August 30, 2012
| by Grant Clauser
Next week, as my kids head off to start their new school year I’ll be heading to Indianapolis for another CEDIA Expo. This is the show where the best companies in high-end home theater, audio and automation show off their new systems, and I get excited for another year of writing about this stuff.
Tech writers like to look for trends and make predictions, so here’s my go at what I expect and hope for at this year’s show.
Strangely there aren’t a lot of TV manufacturers coming to the show this year. No Samsung, Panasonic or Toshiba. Sharp has a booth, and will likely be showing off the recently released 90-inch TV and probably the Elite brand TVs, hopefully with new models. LG will be showing up just for a private event to show off it’s 84-inch 4K TV. Sony will be there, and hopefully we’ll get a closer look at its newly announced 84-inch 4K TV if it can get it shipped from Berlin in time.
But at CEDIA, projectors are more important than flat panel displays, and we’ll get up close with lots of new ones from Runco, SIM2, Digital Projection, Epson, JVC and more. Last year Sony launched the first 4K home theater projector, while JVC launches its eShift (sort of 4K) projectors (see a review of one here). 4K was cool, but ultrawidescreen solutions were cooler and a more practical solution for home theater users now (people are clamoring more for 2.35:1 images than 4K images). I expect to see more of both. Will 4K be a major theme among new projectors? It may be, but for the time being 4K will likely only be found in premium prices products—at least over $15K and probably highter (Sony’s VPL-VW1000ES was introduced at $25K).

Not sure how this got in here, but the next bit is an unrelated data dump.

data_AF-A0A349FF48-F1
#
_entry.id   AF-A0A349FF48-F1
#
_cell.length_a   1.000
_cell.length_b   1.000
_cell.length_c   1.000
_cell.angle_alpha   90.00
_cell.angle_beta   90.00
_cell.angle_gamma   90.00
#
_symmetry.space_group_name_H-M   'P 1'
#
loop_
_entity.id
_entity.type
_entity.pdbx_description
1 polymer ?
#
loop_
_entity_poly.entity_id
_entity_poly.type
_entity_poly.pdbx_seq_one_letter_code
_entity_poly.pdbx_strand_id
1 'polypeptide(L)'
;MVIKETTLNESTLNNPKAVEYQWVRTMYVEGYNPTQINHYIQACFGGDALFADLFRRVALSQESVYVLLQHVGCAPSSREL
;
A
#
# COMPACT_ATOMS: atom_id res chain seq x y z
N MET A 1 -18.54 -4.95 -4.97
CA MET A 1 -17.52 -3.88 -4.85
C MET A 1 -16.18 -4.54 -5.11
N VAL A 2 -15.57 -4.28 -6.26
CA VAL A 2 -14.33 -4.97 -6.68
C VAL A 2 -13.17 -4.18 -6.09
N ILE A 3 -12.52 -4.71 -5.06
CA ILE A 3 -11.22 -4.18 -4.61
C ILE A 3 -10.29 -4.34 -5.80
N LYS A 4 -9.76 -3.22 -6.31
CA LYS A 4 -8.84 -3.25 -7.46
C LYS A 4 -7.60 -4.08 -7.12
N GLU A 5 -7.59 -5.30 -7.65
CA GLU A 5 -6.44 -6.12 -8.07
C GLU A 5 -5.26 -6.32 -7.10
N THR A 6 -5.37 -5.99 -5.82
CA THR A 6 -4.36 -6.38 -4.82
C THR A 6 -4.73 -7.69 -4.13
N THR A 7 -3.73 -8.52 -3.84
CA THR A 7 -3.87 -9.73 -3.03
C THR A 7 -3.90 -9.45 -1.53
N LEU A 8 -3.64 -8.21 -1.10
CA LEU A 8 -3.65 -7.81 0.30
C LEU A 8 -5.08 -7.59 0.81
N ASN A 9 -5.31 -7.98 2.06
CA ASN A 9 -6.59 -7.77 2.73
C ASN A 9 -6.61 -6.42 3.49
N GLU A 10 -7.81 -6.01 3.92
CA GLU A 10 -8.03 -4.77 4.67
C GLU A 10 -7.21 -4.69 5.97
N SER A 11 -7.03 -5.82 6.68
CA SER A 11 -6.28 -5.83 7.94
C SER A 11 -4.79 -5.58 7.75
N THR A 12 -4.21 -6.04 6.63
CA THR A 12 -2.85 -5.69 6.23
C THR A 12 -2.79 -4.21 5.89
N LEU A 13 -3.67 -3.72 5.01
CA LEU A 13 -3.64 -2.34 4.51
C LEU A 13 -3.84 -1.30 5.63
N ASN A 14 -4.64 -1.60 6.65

Probably more common though will be high light output projectors. While 800 lumens may be fine for a dark basement theater, in a multipurpose room you need a lot more output to be acceptable.
More LED projectors. I’m cheating a little on this one. Digital Projection let me now today that the company will be showing three new LED projectors, including models that exceed 1,000 lumens. SIM2 will have a 3D LED projector.
Screen makers will also be stepping up with screens designed for brighter rooms.
Audio news isn’t going to be primarily about speakers and amps (though there will be plenty of both). No, audio at CEDIA will be about distribution—around the house and into the backyard. Easier multiroom audio systems will be everywhere, both in wired and wireless iterations.
Along with audio distribution will be more integration of cloud and streaming services. Audio systems makers are waking up to where people get and put their music, so system that include more streaming and cloud access will proliferate. I look forward to seeing the new systems from Autonomic, Nuvo and Eos.
And where you’ve got multiroom audio systems, you also get multiroom control. Earlier this year Key Digital told us about its new IP-based control. URC’s Total Control System is now fully formed (I can’t wait to check out the DMS-AV ). Control4 will show off its HC250 and I’m sure a lot more. My guess is there will be strong emphasis on simple one-room control systems that allow people to test the waters of automation. More lighting, shade and temperature control will defiantly be part of the mix.
If IP control and IP media is growing, that means better IP networks. Your home infrastructure is probably due for an overhaul, and we’ll see more products to allow that as well.
That’s all I’ve got time for now. Check back all next week for daily reports from Indianapolis.
Grant Clauser has been covering home electronics for more than 10 years with editorial roles in several consumer and trade magazines. He's done ISF-level damage to hundreds of reviewed products and has had audio training from Home Acoustics Alliance and Sencore. He's also the author of the book The Trouble with Rivers
. Follow him on Twitter @geclauser.